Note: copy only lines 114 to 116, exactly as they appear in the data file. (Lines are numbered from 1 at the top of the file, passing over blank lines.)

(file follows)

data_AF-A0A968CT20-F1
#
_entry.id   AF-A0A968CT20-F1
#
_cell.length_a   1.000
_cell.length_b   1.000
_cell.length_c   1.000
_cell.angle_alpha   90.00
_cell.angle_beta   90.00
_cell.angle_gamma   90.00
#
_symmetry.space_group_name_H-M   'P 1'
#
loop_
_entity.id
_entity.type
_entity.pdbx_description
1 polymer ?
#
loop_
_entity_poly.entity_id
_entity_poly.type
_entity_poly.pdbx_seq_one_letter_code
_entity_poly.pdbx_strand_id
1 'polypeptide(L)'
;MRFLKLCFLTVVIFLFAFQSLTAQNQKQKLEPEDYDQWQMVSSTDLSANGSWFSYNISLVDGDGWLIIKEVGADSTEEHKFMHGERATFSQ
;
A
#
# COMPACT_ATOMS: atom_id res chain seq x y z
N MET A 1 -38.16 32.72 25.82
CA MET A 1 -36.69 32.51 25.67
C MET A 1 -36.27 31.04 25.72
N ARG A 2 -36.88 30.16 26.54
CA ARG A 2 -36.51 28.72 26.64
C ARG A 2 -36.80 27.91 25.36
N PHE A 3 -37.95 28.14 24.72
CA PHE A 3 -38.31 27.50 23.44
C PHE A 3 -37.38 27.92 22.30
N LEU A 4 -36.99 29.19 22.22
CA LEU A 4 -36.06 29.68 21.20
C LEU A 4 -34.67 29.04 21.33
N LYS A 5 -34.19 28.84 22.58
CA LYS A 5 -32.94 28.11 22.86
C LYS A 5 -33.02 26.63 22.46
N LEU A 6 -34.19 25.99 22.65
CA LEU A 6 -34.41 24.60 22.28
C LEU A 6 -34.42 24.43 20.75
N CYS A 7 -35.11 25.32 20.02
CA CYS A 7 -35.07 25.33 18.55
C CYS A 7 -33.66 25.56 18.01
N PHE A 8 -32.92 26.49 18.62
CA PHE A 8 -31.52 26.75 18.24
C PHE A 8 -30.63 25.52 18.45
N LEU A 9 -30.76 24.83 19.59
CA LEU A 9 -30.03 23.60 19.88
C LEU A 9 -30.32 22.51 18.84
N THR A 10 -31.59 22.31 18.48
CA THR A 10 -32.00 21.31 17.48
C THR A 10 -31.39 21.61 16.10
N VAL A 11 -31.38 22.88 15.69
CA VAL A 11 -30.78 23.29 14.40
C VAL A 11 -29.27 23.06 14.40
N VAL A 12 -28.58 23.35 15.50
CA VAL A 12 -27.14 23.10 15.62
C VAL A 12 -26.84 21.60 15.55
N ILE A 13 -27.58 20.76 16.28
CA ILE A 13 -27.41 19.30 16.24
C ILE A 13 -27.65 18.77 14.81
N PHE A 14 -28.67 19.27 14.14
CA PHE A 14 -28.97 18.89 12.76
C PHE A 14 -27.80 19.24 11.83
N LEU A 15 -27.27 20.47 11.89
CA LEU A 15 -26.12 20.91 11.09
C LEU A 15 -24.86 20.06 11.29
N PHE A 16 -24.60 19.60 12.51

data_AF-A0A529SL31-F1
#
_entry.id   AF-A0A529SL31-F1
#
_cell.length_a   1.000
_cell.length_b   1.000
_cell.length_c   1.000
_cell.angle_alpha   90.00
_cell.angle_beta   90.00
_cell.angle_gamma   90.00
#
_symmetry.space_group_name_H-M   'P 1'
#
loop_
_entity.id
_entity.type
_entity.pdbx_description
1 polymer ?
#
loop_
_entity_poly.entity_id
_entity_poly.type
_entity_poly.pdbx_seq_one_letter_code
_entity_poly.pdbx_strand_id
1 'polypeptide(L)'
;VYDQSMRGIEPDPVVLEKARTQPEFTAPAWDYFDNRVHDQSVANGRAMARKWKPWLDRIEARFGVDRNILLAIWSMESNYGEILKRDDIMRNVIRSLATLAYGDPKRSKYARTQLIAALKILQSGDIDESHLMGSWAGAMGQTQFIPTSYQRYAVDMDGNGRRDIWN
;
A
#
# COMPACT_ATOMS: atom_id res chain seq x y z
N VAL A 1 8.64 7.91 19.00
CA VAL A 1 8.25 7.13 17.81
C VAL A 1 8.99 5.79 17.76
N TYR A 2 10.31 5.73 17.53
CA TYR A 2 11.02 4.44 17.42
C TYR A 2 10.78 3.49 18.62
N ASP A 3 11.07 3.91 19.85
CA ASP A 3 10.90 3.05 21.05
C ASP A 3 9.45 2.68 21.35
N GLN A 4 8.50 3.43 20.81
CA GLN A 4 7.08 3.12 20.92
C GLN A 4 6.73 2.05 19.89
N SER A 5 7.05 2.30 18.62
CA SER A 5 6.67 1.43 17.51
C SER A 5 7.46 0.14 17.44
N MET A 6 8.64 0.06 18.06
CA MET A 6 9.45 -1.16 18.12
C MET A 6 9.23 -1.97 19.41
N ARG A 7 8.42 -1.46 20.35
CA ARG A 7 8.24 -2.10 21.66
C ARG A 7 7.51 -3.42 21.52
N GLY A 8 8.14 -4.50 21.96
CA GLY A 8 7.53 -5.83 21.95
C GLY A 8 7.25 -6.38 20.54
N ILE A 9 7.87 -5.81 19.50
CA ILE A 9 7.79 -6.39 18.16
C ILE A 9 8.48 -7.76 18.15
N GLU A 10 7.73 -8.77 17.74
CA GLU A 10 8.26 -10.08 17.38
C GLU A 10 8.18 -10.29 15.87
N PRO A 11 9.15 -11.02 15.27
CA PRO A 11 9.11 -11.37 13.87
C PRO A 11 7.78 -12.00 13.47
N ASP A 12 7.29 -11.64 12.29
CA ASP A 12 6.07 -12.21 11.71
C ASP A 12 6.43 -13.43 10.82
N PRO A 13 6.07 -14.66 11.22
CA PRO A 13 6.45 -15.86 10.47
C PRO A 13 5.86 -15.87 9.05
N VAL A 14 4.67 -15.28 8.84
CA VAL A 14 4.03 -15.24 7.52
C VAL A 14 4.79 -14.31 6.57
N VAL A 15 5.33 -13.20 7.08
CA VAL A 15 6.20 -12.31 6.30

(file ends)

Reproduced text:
CA ASP A 3 10.90 3.05 21.05
C ASP A 3 9.45 2.68 21.35
N GLN A 4 8.50 3.43 20.81